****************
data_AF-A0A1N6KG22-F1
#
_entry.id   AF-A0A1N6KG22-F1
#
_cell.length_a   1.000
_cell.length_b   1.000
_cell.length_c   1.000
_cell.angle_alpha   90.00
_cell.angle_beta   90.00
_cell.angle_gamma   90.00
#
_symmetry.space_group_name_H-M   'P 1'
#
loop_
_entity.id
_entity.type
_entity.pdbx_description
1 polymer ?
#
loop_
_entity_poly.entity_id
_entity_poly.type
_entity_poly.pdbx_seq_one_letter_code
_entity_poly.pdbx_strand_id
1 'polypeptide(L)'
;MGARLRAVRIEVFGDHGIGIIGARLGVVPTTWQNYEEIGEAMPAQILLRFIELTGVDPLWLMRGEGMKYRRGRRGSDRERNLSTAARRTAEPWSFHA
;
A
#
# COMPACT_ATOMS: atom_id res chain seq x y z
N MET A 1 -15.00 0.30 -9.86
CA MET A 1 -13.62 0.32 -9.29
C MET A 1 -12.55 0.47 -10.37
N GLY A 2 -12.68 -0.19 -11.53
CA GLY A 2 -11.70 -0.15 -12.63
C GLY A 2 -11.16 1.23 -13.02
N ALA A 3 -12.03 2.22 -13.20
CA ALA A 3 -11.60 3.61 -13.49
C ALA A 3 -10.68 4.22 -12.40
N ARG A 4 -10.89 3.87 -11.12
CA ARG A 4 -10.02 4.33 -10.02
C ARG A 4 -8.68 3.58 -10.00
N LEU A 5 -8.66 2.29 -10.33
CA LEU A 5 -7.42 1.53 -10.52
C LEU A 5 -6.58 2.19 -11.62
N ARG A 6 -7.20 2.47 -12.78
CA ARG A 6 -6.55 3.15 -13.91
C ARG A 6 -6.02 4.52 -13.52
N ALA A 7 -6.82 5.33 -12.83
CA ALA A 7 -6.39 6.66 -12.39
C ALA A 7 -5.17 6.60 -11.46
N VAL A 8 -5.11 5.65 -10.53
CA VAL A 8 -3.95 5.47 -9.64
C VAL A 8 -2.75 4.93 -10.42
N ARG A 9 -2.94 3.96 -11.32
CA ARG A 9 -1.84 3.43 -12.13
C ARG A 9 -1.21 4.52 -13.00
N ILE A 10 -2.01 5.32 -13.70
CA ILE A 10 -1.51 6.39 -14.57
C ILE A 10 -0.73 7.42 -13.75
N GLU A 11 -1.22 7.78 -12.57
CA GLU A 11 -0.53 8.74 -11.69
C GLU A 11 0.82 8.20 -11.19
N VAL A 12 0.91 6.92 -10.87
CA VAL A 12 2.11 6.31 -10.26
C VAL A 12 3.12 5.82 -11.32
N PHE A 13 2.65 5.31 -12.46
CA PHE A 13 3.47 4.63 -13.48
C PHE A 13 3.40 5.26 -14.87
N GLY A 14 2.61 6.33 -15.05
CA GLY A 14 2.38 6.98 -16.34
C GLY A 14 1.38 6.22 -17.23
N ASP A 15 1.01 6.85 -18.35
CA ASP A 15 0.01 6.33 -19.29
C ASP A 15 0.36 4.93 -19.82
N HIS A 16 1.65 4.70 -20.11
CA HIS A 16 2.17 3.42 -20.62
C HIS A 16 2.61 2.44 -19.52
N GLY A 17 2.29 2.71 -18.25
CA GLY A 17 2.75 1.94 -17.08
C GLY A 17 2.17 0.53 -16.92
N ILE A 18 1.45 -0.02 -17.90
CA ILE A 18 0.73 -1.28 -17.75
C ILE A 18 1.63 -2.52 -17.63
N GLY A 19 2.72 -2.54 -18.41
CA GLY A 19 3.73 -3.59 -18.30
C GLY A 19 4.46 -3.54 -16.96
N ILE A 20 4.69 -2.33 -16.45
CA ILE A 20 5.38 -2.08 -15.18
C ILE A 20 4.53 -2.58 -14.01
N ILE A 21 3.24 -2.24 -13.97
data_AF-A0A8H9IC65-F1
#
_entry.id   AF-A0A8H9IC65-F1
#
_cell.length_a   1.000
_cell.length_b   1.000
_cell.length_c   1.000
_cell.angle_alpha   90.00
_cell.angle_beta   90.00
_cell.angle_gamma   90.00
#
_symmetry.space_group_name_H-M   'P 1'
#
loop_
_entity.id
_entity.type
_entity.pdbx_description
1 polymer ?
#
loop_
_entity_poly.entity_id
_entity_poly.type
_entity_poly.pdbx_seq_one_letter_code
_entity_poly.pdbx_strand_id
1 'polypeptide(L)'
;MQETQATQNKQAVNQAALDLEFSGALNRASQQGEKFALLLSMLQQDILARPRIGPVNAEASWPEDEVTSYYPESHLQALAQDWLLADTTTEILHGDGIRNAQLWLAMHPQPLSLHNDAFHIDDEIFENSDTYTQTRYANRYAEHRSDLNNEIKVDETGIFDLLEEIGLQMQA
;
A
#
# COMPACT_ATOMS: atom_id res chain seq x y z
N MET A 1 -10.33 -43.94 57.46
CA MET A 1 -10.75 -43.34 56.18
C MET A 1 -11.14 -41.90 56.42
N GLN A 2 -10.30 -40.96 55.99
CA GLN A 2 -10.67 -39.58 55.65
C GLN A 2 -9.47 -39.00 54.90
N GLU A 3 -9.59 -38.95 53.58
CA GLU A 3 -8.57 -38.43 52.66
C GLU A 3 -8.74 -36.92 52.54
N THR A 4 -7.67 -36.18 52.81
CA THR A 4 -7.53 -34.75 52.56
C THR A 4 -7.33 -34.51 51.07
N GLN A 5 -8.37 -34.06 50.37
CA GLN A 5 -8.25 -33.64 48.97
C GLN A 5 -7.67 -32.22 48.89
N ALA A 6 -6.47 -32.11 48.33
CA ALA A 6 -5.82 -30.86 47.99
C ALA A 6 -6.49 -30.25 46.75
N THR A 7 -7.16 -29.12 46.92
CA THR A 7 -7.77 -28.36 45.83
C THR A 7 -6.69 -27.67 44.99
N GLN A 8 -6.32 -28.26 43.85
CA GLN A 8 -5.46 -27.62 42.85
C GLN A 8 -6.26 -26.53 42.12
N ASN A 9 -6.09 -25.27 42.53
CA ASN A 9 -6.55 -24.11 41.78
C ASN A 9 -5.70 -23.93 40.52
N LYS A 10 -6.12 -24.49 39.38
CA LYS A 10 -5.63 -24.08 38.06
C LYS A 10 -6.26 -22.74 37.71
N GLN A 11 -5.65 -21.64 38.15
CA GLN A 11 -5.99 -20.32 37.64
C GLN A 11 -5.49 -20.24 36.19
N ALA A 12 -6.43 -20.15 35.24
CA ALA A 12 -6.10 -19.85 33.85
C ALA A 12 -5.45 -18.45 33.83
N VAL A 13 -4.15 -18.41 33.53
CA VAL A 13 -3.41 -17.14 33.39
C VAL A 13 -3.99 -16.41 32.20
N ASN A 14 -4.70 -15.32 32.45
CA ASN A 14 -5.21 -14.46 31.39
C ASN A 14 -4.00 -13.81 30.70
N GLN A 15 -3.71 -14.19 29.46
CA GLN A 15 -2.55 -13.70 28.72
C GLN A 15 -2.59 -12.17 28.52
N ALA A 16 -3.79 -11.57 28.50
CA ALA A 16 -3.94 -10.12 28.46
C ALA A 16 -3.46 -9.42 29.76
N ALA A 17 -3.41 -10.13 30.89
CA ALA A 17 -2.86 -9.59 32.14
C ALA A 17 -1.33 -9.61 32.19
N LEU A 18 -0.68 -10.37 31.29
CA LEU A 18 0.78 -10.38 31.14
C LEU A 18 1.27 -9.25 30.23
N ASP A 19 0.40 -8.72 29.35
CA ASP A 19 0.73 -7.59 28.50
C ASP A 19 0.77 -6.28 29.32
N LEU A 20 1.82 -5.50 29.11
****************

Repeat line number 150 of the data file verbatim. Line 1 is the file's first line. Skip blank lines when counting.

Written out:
CA LYS A 10 -5.63 -24.08 38.06